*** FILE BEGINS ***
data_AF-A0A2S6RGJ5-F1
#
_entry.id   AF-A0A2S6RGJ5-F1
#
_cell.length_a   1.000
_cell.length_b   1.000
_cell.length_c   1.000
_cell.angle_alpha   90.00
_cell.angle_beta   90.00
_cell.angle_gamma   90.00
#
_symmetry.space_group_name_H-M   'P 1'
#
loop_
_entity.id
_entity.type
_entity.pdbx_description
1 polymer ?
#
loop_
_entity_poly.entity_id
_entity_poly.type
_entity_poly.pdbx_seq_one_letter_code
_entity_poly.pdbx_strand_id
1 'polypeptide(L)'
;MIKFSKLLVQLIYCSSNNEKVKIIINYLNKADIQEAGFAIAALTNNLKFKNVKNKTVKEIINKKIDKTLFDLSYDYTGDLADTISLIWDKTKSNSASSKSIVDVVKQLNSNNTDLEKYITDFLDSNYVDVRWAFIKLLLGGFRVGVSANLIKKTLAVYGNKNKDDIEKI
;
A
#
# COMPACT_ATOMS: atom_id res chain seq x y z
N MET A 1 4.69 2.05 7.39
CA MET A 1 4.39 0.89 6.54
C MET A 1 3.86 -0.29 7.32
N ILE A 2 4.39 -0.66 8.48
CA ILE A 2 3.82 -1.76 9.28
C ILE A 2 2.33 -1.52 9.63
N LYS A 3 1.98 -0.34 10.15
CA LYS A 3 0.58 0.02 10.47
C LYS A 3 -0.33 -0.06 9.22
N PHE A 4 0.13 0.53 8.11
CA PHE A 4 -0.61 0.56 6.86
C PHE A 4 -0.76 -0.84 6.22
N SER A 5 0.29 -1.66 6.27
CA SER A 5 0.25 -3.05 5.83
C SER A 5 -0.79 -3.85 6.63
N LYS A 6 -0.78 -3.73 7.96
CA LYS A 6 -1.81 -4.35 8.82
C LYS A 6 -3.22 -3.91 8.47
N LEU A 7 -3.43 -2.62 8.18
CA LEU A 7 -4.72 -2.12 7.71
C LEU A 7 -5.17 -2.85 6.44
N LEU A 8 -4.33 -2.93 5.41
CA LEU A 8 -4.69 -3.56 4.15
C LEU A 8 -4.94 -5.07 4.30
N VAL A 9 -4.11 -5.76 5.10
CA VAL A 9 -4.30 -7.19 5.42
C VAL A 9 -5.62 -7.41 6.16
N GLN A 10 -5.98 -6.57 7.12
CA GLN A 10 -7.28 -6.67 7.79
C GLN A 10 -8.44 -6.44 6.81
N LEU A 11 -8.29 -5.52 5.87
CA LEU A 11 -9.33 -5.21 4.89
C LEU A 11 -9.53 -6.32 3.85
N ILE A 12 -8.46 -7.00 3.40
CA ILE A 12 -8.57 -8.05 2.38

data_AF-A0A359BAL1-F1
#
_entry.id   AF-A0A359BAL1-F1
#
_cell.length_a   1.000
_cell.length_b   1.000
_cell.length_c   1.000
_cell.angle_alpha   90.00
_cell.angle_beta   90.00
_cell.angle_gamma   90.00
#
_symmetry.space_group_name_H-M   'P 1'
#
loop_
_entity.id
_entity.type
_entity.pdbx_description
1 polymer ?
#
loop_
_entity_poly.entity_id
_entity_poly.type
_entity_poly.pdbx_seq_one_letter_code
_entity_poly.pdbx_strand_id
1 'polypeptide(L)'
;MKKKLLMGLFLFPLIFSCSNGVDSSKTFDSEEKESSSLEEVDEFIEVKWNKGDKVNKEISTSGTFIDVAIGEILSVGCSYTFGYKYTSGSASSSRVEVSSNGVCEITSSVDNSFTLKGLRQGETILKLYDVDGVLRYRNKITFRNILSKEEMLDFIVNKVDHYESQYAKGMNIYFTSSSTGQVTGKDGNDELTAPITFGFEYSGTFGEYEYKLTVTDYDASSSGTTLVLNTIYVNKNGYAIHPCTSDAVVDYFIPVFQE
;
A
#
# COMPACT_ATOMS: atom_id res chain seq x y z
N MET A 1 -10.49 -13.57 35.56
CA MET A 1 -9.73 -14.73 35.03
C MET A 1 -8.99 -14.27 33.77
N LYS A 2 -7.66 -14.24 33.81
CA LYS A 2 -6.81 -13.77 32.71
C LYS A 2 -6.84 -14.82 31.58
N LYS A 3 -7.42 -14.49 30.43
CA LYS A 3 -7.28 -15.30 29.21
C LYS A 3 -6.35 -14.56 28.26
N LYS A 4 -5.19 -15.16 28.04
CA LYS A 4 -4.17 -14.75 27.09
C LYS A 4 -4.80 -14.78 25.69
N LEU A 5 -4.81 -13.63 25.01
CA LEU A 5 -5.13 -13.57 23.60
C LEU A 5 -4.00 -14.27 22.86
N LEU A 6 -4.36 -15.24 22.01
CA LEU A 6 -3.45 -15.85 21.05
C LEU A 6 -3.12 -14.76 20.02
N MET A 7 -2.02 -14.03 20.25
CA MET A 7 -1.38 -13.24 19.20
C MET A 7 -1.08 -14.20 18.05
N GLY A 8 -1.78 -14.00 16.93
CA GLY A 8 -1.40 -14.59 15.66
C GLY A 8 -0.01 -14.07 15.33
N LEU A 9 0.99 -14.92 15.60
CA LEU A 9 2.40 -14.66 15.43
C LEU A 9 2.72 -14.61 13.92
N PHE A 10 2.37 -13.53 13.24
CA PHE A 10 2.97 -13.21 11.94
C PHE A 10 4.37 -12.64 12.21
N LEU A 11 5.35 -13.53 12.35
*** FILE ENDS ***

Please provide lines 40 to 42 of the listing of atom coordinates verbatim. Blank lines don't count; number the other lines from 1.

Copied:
N PHE A 4 0.13 0.53 8.11
CA PHE A 4 -0.61 0.56 6.86
C PHE A 4 -0.76 -0.84 6.22